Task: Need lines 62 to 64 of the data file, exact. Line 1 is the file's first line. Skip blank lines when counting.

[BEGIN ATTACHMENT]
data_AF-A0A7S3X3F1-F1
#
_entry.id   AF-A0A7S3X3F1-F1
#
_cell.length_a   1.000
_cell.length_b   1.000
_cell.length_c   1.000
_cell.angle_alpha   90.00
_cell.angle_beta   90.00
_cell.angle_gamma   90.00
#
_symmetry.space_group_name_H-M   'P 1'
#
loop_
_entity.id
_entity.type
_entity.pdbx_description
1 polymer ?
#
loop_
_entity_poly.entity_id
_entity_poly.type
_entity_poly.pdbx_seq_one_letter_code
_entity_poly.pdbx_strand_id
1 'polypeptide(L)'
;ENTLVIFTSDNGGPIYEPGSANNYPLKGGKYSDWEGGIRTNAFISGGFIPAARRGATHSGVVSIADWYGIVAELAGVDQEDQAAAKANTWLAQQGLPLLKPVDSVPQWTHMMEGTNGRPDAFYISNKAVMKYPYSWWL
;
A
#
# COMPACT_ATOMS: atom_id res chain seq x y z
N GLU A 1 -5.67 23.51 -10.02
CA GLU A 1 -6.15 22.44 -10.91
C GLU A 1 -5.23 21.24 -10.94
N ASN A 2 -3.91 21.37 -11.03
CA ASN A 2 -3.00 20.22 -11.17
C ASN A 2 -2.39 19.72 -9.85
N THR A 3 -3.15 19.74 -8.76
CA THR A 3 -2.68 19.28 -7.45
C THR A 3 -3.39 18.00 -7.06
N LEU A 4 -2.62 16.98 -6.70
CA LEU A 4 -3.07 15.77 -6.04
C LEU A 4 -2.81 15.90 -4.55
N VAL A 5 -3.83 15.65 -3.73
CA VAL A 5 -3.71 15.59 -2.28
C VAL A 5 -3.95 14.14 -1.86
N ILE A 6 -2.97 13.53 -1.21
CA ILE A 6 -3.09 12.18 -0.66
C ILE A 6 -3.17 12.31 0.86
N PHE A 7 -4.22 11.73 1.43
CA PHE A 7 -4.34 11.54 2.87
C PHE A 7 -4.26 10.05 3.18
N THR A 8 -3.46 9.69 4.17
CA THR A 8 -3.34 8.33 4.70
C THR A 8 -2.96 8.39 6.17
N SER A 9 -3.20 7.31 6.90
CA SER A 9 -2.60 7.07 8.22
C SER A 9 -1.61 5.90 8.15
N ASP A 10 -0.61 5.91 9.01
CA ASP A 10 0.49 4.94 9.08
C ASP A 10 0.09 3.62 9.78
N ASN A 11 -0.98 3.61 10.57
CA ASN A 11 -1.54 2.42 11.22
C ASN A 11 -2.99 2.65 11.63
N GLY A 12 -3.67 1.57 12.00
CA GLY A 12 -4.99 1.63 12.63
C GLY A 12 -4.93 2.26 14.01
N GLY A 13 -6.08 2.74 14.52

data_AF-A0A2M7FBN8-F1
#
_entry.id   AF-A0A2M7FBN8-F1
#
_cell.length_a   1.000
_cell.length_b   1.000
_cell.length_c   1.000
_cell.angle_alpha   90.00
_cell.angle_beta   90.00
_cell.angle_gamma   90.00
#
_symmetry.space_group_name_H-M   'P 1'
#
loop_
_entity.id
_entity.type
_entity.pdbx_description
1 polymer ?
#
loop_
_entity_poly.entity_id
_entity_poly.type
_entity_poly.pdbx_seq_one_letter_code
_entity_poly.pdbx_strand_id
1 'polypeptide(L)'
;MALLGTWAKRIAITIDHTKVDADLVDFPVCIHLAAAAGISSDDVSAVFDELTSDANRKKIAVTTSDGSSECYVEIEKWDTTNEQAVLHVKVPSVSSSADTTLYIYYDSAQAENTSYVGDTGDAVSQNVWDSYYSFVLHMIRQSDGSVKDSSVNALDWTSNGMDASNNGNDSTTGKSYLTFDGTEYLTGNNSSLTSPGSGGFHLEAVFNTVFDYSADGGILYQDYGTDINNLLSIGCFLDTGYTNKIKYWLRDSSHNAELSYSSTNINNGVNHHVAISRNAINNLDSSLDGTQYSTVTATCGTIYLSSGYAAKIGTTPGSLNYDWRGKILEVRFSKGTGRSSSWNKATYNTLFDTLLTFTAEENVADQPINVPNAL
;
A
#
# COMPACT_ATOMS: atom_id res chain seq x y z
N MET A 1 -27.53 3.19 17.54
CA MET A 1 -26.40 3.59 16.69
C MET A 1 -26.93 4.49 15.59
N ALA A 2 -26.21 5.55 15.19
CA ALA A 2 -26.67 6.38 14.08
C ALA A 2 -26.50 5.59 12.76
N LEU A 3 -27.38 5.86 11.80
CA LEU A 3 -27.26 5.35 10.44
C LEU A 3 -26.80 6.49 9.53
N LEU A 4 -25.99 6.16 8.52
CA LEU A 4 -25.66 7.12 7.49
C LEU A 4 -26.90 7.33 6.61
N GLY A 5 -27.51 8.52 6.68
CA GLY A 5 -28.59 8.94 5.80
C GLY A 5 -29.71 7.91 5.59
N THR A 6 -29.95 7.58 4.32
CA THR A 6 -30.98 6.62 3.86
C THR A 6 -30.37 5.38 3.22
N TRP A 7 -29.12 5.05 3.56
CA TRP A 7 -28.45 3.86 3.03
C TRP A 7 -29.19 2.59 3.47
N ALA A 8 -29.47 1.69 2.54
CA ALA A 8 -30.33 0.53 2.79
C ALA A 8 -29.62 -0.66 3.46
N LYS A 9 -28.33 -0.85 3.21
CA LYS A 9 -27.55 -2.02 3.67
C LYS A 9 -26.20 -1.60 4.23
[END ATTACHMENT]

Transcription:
CA ASN A 11 -1.54 2.42 11.22
C ASN A 11 -2.99 2.65 11.63
N GLY A 12 -3.67 1.57 12.00